Pork Producers Forced to Adjust to Canadian Dollar

CANADA - The president of the Canadian Pork Council says Canada's pork producers will have to adjust to the new reality of a strong Canadian dollar, writes Bruce Cochrane.
calendar icon 4 January 2011
clock icon 3 minute read

2010 began on an optimistic note with Canadian pork producers anticipating improved prices and a return to profitability which occurred briefly this summer but that optimism was replaced by severe disappointment with the market crash this fall.

Canadian Pork Council president Jurgen Preugschas says the reduction in hog supply has resulted in improved hog prices and the expectation is for hog prices to remain strong but it appears we're going to have extremely high feed prices and possibly feed shortages and, at the same time, the strength of Canadian dollar will reduce the competitiveness of Canadian pork.

Jurgen Preugschas-Canadian Pork Council

The impact of the strong Canadian dollar vis a vie the US dollar affects our exports and being that pork in Canada, over 50 per cent is exported to other nations, it has a tremendous impact.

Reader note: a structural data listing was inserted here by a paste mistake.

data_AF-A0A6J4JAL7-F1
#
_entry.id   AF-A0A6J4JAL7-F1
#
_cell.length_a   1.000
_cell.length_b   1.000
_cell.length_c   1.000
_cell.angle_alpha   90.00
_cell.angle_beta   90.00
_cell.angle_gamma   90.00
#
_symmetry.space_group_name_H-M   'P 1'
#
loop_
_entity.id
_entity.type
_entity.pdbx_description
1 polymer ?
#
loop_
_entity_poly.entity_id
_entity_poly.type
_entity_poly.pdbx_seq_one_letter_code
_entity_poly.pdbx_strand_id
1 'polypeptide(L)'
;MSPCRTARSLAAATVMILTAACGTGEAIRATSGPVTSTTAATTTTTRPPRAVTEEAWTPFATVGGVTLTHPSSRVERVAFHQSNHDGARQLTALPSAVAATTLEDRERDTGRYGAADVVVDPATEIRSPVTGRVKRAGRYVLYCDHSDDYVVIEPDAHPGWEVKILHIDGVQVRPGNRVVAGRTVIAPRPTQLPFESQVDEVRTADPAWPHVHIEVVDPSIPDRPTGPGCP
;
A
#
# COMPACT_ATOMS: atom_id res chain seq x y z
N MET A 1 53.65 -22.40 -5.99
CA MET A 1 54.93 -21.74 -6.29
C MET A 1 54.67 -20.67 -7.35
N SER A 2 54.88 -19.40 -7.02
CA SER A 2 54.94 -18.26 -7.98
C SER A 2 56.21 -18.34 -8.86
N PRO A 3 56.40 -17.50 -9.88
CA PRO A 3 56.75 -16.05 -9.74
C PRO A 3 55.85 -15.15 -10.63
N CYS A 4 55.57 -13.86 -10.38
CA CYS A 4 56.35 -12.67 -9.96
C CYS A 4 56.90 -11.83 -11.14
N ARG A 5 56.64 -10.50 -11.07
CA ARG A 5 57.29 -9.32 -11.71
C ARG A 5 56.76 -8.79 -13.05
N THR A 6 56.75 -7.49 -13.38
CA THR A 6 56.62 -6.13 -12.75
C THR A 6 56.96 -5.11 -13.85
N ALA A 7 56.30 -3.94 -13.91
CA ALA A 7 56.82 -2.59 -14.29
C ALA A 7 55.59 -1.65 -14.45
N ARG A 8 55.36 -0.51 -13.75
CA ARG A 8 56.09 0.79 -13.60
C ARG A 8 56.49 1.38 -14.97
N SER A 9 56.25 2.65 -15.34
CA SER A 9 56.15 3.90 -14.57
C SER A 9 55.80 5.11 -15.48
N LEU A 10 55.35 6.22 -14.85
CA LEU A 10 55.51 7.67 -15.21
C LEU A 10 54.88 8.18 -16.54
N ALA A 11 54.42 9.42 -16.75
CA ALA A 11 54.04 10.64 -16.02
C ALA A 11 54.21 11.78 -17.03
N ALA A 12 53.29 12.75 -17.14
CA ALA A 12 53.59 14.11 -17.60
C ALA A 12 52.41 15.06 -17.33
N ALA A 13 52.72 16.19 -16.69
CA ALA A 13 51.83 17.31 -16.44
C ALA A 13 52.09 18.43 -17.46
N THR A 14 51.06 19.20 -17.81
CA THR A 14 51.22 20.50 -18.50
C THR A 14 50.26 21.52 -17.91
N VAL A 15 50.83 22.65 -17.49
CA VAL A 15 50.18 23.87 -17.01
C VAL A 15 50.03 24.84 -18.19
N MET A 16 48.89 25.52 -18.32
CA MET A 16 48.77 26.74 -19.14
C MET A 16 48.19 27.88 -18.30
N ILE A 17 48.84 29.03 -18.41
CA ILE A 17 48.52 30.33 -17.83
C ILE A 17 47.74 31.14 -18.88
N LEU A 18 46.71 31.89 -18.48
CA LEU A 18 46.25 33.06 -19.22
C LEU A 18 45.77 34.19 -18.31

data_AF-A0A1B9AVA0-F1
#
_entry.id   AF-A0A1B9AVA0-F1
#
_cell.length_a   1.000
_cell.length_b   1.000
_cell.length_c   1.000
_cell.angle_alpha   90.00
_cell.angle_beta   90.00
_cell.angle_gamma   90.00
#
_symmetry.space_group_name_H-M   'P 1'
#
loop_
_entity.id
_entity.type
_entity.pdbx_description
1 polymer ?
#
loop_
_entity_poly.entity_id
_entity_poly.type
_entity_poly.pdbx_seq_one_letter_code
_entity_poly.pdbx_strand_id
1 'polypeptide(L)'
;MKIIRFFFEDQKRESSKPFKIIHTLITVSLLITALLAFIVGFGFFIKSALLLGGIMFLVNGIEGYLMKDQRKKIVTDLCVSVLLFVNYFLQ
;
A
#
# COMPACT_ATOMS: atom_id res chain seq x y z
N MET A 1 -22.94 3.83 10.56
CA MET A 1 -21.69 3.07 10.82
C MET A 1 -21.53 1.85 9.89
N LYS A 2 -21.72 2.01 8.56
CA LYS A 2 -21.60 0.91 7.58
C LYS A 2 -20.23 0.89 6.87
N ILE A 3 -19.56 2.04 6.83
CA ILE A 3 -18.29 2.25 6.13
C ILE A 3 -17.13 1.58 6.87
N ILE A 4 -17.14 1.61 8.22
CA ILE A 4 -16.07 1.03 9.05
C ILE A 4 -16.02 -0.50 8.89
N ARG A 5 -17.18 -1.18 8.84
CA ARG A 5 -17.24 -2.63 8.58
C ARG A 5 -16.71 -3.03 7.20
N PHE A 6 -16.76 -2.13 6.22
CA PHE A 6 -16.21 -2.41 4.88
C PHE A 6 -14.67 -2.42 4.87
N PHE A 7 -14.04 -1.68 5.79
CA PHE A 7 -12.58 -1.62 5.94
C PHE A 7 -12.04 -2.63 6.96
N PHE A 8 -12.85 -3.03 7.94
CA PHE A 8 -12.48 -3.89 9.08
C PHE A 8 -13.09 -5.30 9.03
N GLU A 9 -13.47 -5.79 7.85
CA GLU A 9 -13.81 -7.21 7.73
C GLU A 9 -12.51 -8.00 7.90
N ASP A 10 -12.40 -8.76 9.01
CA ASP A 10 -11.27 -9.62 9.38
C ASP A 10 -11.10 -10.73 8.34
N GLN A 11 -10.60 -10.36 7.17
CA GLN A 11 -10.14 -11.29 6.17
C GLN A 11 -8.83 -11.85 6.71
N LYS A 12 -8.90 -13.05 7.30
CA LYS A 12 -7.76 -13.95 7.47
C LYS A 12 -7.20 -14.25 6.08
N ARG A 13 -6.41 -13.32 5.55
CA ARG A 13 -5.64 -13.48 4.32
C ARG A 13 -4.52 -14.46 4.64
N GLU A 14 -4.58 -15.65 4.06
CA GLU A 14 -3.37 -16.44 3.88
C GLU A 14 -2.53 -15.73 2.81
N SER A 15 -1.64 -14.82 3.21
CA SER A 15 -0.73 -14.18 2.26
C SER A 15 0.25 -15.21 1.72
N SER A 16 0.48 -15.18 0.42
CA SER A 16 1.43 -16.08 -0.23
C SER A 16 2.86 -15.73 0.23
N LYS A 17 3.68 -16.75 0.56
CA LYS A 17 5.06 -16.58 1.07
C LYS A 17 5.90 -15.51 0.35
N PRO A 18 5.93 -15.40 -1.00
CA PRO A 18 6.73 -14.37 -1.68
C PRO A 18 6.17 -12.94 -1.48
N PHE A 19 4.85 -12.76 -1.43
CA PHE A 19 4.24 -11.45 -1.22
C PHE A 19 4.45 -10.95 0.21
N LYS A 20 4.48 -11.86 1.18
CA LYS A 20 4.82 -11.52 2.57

Having said that we also realize that we're not going back to a 70 cent dollar so we're going to live with a strong dollar.

We have to work at keeping our costs in line with our competitors from other parts of the world and live with the new reality.

That will take some time to get used to and get all those costs in line with that higher dollar.

Mr Preugschas notes Canada is a feed producing nation so it makes sense to add value to that feed by producing pork as well as beef and poultry.

He says feed availability and feed prices are a major concern and, if feed costs rise, pork prices will have to go up as well because pork producers can't sustain the types of losses they've faced the past four years.

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